Both usually require sleeping a night hooked up to different equipment that measures some vitals in order to help determine your diagnosis. Once you finish the test, the doctor reviews the results with you and may write you a prescription for a CPAP machine. The prescription will also have the amount of pressure that the machine should supply.

When you are ready for a CPAP machine, you can typically choose between a CPAP that has a fixed pressure rating or an APAP machine, which uses algorithms to automatically adjust the pressure for you based on what it’s detecting your sleep and breathing is doing.

An APAP has the added bonus that it can also be changed to CPAP mode and be set to a specific pressure. On the other hand, a CPAP machine can’t auto-adjust like an APAP can, so you’d need to discuss with your doctor which machine type is best for you.

While mild sleep apnea may not be as disruptive to your life as moderate or severe OSA, it is still a problem to your health and well-being. It comes with symptoms and can pose health risks. It’s worth getting checked to see if you have this problem and to look into treatments that could improve your symptoms and help you get better sleep.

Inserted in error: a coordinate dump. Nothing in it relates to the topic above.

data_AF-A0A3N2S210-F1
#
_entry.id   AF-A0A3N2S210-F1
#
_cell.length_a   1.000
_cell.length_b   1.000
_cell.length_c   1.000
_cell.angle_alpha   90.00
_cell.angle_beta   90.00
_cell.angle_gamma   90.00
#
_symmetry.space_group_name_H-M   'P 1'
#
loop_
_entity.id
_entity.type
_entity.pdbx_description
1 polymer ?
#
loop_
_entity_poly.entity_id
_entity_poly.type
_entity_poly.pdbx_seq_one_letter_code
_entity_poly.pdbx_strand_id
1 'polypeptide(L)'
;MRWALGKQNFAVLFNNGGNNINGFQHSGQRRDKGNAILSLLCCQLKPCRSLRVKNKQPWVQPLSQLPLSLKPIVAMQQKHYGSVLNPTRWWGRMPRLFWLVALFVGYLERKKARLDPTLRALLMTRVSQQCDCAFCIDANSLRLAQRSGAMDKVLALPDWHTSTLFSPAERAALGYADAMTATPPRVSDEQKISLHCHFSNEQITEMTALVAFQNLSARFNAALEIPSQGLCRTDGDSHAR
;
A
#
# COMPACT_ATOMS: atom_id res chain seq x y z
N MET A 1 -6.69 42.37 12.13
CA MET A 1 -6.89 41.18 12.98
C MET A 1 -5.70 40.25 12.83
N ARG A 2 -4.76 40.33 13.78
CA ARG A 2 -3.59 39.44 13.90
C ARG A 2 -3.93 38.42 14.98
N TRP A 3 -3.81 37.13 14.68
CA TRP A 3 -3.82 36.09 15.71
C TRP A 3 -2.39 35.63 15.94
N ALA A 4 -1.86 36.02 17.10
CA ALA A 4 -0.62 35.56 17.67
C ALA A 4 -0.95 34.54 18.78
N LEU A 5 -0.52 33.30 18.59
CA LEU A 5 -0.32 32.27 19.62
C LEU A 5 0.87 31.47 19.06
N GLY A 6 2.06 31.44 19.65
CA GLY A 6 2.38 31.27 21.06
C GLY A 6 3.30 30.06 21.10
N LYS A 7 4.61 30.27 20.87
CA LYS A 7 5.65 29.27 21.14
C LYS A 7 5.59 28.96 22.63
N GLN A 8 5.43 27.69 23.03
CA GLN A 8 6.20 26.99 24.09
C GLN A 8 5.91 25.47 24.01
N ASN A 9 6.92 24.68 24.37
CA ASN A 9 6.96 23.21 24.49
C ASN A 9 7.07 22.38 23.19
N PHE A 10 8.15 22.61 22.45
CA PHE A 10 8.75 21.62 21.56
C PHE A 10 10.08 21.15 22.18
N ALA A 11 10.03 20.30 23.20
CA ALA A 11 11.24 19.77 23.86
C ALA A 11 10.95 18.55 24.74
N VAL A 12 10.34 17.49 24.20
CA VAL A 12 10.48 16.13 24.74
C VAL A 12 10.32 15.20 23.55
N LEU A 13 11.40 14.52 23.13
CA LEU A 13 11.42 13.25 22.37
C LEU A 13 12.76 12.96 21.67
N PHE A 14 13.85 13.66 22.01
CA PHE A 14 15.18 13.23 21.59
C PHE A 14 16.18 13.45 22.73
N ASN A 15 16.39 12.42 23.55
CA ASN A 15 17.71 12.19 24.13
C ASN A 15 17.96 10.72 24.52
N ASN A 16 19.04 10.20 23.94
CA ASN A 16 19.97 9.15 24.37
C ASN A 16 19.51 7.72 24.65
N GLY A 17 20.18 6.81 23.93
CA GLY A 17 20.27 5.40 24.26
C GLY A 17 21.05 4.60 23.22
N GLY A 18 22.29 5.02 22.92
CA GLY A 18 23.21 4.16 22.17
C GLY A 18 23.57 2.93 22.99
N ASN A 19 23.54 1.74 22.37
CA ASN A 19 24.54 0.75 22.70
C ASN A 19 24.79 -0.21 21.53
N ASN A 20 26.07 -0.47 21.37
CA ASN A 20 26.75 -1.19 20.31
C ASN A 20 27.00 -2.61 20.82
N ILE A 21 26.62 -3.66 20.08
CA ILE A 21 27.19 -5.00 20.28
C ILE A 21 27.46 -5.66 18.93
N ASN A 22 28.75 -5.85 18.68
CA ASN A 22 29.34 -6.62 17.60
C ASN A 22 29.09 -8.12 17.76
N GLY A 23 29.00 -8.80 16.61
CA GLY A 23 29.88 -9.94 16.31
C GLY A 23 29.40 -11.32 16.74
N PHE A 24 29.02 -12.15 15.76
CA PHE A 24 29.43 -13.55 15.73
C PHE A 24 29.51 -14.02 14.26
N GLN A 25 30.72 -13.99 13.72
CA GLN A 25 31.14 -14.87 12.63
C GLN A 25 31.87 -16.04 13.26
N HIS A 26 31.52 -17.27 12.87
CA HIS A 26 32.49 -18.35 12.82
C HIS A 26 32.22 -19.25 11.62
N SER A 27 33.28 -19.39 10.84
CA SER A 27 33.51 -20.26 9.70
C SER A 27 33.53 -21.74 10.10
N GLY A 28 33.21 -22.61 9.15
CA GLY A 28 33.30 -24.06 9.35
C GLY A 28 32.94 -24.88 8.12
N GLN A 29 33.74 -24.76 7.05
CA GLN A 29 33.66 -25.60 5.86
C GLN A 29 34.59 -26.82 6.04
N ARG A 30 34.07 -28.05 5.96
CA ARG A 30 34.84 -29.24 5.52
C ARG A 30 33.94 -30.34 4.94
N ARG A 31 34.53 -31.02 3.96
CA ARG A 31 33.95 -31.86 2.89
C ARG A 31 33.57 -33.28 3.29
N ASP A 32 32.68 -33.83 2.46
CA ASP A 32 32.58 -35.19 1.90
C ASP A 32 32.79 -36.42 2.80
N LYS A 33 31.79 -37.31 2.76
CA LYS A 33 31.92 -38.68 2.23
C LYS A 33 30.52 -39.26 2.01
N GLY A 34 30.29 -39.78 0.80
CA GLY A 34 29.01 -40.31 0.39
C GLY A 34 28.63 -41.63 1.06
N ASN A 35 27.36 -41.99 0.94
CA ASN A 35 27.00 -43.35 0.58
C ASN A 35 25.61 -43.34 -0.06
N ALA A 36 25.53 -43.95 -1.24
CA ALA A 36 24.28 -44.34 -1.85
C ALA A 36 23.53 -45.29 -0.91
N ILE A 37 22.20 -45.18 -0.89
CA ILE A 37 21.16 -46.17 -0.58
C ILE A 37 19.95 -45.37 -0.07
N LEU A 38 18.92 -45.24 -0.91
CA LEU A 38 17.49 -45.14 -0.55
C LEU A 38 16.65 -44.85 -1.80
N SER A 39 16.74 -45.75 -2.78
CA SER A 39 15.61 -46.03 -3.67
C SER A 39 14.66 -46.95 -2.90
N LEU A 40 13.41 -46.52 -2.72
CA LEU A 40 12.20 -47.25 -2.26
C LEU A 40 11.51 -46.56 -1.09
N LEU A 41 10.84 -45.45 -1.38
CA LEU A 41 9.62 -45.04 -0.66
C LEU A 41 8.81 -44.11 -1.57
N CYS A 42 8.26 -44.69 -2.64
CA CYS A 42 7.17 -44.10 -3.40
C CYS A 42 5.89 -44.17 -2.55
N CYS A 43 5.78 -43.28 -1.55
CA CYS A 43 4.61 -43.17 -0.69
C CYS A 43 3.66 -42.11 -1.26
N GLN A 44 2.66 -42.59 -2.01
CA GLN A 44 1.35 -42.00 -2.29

• Andre Lenartowicz

    Andre is a newcomer to CPAP therapy. He was diagnosed in 2020 through CPAP.com’s home sleep test. Andre enjoys learning more about living with sleep apnea, advances in CPAP technology and treatment, and sharing his insights with the CPAP.com community.

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One Response

  1. If diagnosed with mild sleep apnea, I have two questions:

    1. People with minimally symptomatic Sleep Apnea had increased arterial stiffness and decreased endothelial function. Is “minimally symptomatic Sleep Apnea” mild OSA?

    Can you reduce the stiffness or increase endothelial function by something other than treating the OSA?

    2. How long could it take to improve or eliminate OSA if you (a) lose weight when obese or (b) change sleeping position from back to side?

    3. If someone has no symptoms of sleep apnea (don’t wake up tired, no headaches, no naps, no falling asleep at inappropriate times … driving, watching a movie, when talking with someone), can the breathing identified on a sleep study change from night to night?